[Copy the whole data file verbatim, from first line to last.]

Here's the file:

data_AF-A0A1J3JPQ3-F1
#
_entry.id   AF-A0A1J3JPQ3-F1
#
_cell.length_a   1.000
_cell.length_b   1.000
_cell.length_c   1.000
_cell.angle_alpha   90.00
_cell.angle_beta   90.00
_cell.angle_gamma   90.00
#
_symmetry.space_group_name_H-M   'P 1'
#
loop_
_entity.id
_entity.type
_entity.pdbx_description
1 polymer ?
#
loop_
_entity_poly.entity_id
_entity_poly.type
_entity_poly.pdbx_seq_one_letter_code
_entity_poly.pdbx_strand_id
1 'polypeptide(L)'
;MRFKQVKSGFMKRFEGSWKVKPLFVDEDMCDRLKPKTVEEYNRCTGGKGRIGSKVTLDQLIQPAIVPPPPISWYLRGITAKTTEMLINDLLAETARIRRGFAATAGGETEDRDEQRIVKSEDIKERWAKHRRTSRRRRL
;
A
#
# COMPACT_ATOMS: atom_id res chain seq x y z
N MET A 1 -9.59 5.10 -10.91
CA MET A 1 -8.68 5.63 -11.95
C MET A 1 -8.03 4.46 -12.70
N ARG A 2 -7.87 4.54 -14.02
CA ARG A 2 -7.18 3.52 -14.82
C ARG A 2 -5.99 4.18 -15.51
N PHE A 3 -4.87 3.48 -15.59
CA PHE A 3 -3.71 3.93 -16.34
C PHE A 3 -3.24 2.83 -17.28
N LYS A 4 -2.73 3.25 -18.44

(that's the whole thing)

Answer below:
data_AF-A0A1J3JPQ3-F1
#
_entry.id   AF-A0A1J3JPQ3-F1
#
_cell.length_a   1.000
_cell.length_b   1.000
_cell.length_c   1.000
_cell.angle_alpha   90.00
_cell.angle_beta   90.00
_cell.angle_gamma   90.00
#
_symmetry.space_group_name_H-M   'P 1'
#
loop_
_entity.id
_entity.type
_entity.pdbx_description
1 polymer ?
#
loop_
_entity_poly.entity_id
_entity_poly.type
_entity_poly.pdbx_seq_one_letter_code
_entity_poly.pdbx_strand_id
1 'polypeptide(L)'
;MRFKQVKSGFMKRFEGSWKVKPLFVDEDMCDRLKPKTVEEYNRCTGGKGRIGSKVTLDQLIQPAIVPPPPISWYLRGITAKTTEMLINDLLAETARIRRGFAATAGGETEDRDEQRIVKSEDIKERWAKHRRTSRRRRL
;
A
#
# COMPACT_ATOMS: atom_id res chain seq x y z
N MET A 1 -9.59 5.10 -10.91
CA MET A 1 -8.68 5.63 -11.95
C MET A 1 -8.03 4.46 -12.70
N ARG A 2 -7.87 4.54 -14.02
CA ARG A 2 -7.18 3.52 -14.82
C ARG A 2 -5.99 4.18 -15.51
N PHE A 3 -4.87 3.48 -15.59
CA PHE A 3 -3.71 3.93 -16.34
C PHE A 3 -3.24 2.83 -17.28
N LYS A 4 -2.73 3.25 -18.44